SUMMARY: and produce lecithinases which split lecithin into phosphorylcholine and a diglyceride in the same way as the lecithinase (α-toxin) of These enzymes also possess most of the biological activities associated with α-toxin, e.g. produce the Nagler reaction and the egg-yolk reaction, lyse red blood cells, and are dermonecrotizing and lethal.

The enzymes are activated by Ca and Mg ions, but inhibited by Na, K, NH ferric and Al ions. Optimal enzyme activity requires the presence of Ca ions within a narrow range of concentration of 1-4×10 . It is interesting that at this concentration of Ca ion lecithin flocculates most readily from its emulsion. The enzyme thus seems to have a maximal affinity for lecithin when the latter adsorbs an optimal amount of Ca ion in reaching its isoelectric point.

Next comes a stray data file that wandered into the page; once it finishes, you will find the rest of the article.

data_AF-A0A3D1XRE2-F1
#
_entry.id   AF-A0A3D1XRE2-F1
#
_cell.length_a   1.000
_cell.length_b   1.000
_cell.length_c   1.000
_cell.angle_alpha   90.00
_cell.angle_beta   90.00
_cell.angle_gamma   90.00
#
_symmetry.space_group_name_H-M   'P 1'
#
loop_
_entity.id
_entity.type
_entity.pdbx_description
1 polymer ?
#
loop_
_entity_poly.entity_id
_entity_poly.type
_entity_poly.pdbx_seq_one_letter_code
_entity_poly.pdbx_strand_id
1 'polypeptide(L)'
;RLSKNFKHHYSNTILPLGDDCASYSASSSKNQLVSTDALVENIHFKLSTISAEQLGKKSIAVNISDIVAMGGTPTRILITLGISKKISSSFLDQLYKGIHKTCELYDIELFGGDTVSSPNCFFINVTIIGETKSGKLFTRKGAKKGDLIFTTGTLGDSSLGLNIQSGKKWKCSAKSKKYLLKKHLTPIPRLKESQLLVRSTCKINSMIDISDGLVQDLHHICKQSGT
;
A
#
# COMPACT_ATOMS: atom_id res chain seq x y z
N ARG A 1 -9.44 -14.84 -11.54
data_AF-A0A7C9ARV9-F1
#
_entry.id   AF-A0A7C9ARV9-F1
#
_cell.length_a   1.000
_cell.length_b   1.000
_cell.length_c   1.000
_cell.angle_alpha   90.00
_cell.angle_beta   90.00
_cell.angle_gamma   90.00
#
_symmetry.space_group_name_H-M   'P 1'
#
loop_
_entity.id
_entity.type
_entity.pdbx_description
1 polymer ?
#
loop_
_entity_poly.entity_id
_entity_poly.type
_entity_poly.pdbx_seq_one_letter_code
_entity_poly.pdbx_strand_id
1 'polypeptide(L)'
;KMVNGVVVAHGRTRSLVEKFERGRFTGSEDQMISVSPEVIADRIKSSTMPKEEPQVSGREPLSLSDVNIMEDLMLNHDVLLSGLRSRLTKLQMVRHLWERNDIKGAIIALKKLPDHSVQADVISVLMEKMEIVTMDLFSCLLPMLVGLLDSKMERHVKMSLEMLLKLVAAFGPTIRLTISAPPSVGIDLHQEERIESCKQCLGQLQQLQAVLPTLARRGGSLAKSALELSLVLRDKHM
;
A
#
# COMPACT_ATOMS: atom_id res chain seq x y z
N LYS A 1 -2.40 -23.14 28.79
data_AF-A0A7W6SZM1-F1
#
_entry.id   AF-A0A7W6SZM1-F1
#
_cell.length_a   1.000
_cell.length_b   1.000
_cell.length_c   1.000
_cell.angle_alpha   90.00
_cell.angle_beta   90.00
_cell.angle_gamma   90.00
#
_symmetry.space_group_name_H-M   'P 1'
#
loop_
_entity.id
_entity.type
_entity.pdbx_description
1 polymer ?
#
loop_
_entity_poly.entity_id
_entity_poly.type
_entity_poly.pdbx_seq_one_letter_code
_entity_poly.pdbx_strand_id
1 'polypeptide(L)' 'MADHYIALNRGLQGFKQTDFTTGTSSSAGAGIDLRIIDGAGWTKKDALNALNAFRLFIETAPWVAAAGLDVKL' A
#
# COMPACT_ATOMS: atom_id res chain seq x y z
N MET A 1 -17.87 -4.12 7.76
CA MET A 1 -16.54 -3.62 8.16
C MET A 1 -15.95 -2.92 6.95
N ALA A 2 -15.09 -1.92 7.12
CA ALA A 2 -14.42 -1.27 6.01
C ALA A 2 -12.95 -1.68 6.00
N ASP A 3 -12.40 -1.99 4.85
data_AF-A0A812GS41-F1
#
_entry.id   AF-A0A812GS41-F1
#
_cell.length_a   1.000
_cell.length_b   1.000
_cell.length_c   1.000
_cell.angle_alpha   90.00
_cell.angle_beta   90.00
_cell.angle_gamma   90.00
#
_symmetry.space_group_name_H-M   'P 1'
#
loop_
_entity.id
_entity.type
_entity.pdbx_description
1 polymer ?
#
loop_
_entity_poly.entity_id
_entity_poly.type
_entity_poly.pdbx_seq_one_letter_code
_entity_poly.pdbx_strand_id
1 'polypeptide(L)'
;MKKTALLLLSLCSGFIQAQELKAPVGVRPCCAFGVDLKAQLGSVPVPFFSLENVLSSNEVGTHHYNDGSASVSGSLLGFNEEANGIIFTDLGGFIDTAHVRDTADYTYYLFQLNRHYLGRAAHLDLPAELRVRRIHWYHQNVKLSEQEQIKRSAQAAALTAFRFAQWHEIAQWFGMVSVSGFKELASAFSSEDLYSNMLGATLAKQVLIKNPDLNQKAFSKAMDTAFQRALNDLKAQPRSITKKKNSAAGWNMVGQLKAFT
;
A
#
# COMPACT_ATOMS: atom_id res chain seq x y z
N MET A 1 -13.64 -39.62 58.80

Like the lecithinase, the lecithinase is fairly resistant to heat. The lysis of red blood cells and the hydrolysis of free lecithin by lecithinase was strongly inhibited by normal sera of all the animals tested. But when lecithin was bound in egg-yolk lipoproteins, its hydrolysis by the enzyme was unaffected by normal serum. Specific serum, on the other hand, was capable of inhibiting the hydrolysis of both free lecithin and protein-bound lecithin. The and lecithinases are immunologically related, but they are not so related to lecithinase.


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